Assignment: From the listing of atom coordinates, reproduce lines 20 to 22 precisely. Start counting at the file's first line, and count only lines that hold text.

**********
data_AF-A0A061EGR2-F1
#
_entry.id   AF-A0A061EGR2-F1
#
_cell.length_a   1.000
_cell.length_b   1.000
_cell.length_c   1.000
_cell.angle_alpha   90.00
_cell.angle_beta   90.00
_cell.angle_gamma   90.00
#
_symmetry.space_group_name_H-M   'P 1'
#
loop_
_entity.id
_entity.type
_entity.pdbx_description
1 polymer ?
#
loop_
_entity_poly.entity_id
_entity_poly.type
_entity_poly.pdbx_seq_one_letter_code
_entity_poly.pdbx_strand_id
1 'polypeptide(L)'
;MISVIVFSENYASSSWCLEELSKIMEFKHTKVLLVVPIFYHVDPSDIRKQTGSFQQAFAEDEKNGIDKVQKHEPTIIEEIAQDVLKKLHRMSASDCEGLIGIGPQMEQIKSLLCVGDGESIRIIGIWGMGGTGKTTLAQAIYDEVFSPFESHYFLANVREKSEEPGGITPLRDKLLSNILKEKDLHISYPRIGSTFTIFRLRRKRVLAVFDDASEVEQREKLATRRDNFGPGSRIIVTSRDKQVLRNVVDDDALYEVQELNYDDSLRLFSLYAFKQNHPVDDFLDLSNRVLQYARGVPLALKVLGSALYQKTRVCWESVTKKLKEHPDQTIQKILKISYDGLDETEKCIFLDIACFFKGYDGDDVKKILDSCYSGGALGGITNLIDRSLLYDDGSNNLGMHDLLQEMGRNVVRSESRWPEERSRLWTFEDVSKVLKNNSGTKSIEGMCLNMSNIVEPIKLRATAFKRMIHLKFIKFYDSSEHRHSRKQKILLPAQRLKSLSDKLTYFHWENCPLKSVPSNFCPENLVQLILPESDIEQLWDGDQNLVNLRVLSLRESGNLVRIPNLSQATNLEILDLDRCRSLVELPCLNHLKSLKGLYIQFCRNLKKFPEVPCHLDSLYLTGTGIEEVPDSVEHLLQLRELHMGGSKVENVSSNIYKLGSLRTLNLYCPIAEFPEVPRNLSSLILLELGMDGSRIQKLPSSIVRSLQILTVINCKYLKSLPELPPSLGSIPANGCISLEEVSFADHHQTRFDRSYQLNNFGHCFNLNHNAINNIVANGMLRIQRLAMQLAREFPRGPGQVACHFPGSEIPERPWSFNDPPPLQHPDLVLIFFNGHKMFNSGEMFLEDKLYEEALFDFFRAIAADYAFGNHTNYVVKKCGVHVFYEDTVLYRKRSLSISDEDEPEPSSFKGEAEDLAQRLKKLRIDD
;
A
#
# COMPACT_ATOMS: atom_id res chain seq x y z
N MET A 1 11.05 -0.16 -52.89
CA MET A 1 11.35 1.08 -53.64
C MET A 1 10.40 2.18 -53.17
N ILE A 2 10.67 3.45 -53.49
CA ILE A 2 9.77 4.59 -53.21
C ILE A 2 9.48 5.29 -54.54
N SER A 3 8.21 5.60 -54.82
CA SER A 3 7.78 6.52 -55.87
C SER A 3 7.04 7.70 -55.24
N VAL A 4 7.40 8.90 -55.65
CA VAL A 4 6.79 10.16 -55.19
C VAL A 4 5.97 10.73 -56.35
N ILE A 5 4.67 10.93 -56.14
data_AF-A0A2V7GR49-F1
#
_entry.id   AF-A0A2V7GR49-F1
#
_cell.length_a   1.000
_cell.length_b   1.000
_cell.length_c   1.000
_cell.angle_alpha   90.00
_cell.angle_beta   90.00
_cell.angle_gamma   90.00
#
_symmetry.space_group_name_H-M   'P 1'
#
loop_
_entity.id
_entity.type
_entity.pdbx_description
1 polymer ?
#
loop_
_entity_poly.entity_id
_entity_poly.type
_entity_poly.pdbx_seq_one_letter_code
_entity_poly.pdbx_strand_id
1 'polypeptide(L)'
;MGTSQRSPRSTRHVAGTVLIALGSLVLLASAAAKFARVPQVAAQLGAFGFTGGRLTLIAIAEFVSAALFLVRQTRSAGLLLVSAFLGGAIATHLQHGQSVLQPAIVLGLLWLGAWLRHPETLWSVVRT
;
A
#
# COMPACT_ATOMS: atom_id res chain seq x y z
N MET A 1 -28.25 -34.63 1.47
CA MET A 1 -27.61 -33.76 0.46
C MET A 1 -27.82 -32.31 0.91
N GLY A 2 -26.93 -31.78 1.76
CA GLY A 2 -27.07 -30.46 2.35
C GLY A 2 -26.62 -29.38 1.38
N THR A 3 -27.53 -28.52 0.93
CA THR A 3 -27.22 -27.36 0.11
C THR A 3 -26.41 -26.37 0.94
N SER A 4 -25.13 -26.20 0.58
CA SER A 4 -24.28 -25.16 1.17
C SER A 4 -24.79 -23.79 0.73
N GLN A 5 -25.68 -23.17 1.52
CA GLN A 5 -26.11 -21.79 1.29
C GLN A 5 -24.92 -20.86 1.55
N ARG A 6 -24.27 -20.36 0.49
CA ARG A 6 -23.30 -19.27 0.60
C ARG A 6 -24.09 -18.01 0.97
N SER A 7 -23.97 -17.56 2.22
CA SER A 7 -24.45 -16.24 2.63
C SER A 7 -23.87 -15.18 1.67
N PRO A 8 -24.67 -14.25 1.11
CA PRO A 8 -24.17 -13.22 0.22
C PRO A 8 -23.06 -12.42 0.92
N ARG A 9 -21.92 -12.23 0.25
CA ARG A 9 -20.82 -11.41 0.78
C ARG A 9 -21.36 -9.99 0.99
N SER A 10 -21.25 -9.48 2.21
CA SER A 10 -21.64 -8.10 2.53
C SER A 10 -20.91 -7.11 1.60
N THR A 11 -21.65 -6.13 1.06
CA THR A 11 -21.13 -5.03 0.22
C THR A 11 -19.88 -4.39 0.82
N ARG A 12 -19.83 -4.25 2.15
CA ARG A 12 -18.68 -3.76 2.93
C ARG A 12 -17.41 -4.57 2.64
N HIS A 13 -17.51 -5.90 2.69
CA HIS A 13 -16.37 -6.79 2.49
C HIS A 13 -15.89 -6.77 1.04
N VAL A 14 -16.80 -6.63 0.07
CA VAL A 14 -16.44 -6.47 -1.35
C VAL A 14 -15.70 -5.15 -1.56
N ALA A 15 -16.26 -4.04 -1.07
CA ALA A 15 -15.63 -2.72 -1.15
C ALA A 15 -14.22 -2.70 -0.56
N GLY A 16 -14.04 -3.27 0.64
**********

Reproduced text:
loop_
_entity_poly.entity_id
_entity_poly.type